What They Did
The 2010 North Carolina Legislative Session has come to an abrupt close, leaving behind a mixed bag of new laws and a slew of serious problems that have yet to be resolved by our government. The major themes of this legislative session were tax incentives and ethics bills, although there were other notable laws in the areas of education, fees and regulation.
This tableau played out against the backdrop of the economic stagnation that has plagued our state in recent years, prompting the state government to focus on job creation policies and economic stimulus programs.
Following is a list of notable bills passed in North Carolina’s 2010 legislative session:
In the midst of a serious recession, it is no surprise that cutting taxes would be a strong recourse to spur the recovery effort. However, instead of lowering taxes for all North Carolinians, the NC House and Senate opted for targeted tax breaks for the industries they hand-picked. This lengthy series of economic incentives legislation include such bills as:
- Renewable Energy Incentives – HB 1829: A renewable energy incentives bill. This bill gives tax credits for the construction of renewable fuel facilities, for biodiesel producers, and various other renewable energy credits.
- Economic Incentives Alignments & Changes – SB 1215: A bill that extends economic incentives to motor sports teams, major recycling centers, and a variety of random industries.
- No Add-Back for Film Credit/Apportionment – HB 713: A bill which exempts tax credits awarded to film companies in North Carolina from state taxation.
- Various Economic Incentives – HB 1973: This bill expands the film tax credit for Hollywood production studios and extends tax credits on recycling oyster shells, incentives for eco-parks, sales tax exemptions for wood chippers, and creation of the NC Green Business Fund.
Ethics reform was the second most prominent theme of this past legislative session. The General Assembly passed a variety of bills ranging from modernizing the Alcoholic Beverage Control (ABC) System to criminalizing video poker machines, with several bills passed that sought to further regulate political campaigns.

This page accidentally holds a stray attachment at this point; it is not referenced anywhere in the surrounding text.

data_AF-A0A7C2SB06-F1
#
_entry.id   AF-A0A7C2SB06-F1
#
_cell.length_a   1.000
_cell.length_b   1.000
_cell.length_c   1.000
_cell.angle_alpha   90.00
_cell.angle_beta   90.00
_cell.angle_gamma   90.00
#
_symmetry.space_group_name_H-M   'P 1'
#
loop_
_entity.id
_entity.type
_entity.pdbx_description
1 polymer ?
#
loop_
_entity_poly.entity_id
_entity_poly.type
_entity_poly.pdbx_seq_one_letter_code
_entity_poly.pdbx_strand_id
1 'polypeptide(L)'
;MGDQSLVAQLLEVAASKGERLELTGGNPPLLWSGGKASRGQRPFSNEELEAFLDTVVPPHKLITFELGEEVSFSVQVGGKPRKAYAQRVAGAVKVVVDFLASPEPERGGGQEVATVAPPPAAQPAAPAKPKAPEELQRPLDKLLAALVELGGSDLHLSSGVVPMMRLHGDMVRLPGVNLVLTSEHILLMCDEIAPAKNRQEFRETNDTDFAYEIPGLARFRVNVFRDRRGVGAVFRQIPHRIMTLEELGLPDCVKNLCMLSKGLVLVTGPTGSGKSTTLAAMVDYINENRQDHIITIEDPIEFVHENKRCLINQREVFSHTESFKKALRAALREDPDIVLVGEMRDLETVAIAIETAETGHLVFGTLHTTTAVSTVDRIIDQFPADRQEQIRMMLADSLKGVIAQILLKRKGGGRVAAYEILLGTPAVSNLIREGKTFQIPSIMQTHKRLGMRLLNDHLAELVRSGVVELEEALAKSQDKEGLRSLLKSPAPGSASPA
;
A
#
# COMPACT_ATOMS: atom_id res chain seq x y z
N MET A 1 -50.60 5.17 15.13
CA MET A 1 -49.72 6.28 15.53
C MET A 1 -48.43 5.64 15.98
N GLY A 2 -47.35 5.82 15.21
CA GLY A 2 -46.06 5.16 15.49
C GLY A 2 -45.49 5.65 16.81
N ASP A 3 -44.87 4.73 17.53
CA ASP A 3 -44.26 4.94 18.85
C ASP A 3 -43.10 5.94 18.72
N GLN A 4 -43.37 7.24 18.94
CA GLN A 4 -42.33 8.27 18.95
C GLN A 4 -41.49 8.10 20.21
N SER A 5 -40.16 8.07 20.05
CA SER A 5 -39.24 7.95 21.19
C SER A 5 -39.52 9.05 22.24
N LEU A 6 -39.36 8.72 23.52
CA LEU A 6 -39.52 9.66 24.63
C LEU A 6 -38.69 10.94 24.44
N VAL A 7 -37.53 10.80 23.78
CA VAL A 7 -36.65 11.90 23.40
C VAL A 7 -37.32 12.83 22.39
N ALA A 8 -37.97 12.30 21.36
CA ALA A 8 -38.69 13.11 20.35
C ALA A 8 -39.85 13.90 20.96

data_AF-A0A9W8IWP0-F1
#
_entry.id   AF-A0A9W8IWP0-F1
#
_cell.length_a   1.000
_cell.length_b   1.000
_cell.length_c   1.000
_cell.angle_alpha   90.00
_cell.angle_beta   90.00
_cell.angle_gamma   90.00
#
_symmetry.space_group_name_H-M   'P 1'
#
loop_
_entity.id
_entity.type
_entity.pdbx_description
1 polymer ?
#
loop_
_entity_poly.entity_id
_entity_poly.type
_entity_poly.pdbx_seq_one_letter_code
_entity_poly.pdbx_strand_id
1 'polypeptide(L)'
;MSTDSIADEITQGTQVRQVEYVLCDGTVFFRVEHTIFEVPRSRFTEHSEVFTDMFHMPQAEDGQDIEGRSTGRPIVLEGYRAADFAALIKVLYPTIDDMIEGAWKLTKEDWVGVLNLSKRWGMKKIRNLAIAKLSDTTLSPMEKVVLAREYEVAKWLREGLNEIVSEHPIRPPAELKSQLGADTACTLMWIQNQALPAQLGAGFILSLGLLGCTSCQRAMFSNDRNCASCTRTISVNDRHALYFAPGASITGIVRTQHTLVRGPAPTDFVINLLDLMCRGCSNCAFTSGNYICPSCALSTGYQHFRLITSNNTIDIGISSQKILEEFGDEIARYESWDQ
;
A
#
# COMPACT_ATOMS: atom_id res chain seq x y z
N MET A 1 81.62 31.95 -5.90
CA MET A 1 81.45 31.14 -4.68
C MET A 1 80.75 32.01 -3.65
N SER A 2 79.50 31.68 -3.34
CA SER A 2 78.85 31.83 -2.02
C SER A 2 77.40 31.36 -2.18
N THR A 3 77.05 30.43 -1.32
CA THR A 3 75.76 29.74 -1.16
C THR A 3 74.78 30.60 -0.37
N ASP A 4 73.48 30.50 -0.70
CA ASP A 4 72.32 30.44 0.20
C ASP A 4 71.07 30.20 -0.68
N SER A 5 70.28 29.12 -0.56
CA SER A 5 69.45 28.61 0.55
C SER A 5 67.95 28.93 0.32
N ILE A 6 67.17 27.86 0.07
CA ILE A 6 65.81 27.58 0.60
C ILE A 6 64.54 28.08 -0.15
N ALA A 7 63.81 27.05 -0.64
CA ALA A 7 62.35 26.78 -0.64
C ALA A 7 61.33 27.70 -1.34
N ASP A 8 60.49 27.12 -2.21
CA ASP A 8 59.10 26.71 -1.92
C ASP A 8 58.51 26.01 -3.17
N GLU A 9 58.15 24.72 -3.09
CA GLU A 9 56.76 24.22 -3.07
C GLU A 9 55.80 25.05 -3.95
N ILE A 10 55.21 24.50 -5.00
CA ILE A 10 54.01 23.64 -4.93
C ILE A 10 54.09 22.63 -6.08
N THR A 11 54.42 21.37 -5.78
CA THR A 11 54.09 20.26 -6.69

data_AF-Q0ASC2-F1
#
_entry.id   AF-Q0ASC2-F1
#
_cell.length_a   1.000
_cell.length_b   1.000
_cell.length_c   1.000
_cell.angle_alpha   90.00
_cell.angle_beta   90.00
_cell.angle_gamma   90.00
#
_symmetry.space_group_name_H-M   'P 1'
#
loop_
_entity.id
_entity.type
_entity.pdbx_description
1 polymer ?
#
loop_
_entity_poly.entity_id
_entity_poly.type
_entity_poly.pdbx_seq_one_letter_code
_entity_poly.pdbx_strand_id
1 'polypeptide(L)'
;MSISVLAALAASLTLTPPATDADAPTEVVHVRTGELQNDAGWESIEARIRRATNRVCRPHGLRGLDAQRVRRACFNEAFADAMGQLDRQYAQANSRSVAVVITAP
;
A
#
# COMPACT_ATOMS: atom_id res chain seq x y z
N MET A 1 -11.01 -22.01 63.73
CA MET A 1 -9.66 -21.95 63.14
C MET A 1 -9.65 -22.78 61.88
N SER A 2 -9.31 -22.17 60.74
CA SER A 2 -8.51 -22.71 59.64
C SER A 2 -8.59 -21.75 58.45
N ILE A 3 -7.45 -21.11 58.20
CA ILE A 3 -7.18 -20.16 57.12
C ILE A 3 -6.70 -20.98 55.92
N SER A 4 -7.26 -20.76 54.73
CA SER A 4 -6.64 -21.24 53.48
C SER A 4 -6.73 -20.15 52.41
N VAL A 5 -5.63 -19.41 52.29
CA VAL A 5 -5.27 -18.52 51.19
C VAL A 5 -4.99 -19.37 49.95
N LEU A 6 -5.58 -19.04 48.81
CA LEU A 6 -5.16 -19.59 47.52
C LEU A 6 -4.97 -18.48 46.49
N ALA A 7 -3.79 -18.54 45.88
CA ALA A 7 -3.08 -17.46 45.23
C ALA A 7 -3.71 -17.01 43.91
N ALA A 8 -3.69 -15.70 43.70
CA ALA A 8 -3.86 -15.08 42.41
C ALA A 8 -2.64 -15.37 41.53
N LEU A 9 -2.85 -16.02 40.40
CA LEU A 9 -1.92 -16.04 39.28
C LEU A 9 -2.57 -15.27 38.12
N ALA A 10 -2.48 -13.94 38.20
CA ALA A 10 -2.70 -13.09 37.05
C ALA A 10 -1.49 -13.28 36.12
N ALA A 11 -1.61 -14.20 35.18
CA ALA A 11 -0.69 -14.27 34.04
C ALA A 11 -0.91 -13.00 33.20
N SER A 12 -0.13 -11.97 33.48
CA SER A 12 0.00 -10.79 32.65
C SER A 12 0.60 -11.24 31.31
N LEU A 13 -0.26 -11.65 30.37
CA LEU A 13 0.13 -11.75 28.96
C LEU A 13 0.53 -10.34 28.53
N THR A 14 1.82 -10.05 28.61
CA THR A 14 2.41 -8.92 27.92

- Modernization of the State ABC System – HB 1717: This bill came on the heels of a number of controversies regarding conflicts of interests between ABC staff and alcoholic beverage proprietors. As a result, this legislation seeks to prevent such instances from occurring again.
- Gov’t Ethics and Campaign Reform Act of 2010 – HB 961 acts to increase penalties for accepting campaign contributions in the name of another, increasing the accessibility to campaign finance information and various other initiatives.
- Citizens United Response – HB 748: This bill focuses on increasing disclosure requirements for candidates’ campaigns, and prevents corporations from directly endorsing any particular candidate or political committee.
- Ban Electronic Sweepstakes – HB 80: This bill outlaws electronic machines used for sweepstakes purposes. This law ironically outlaws a form of gambling due to the immoral behavior it encourages, but does not outlaw the state’s very own gambling program, the North Carolina Education Lottery.
Taxes, Fees, and Regulation:
Due to the adverse economic weather, no notable tax increases passed through the General Assembly during the 2010 Legislative Session. There were, however, many instances of fee increases.
- Increase Licensure Fees/Athletic Trainers – SB 1210 is a law that doubles the license fees for athletic trainers from $100 to $200, and also substantially increases other ancillary fees associated with the practice of athletic training.
- Extend Emergency Foreclosure Program – SB 1216 extends an emergency foreclosure program to help troubled home owners, it also raises a substantial amount of fees. For example, mortgage brokers and lenders are required to pay a $625 license fee and an annual license renewal fee of $300.
- Local Energy Efficiency/Renewable: While not necessarily in the same vein of taxes and fees, SB 1114 could be classified as a regulation law, or rather, a lack thereof. Regulations such as those circumvented in SB 1114 act to ensure the integrity of government through competitive bidding and public disclosure. This law permits a number of cities to forgo competitive bidding before entering into contracts with companies for “pilot programs” aimed at energy efficiency. Competitive bidding keeps the government’s business decisions objective and mitigates the possibility of a conflict of interest. Additionally, “pilot programs” are not defined in this bill, leaving the applications of this legislation open to wide interpretation. Furthermore, there is no sunset on this bill, so behind the scenes dealings will be allowed in perpetuity.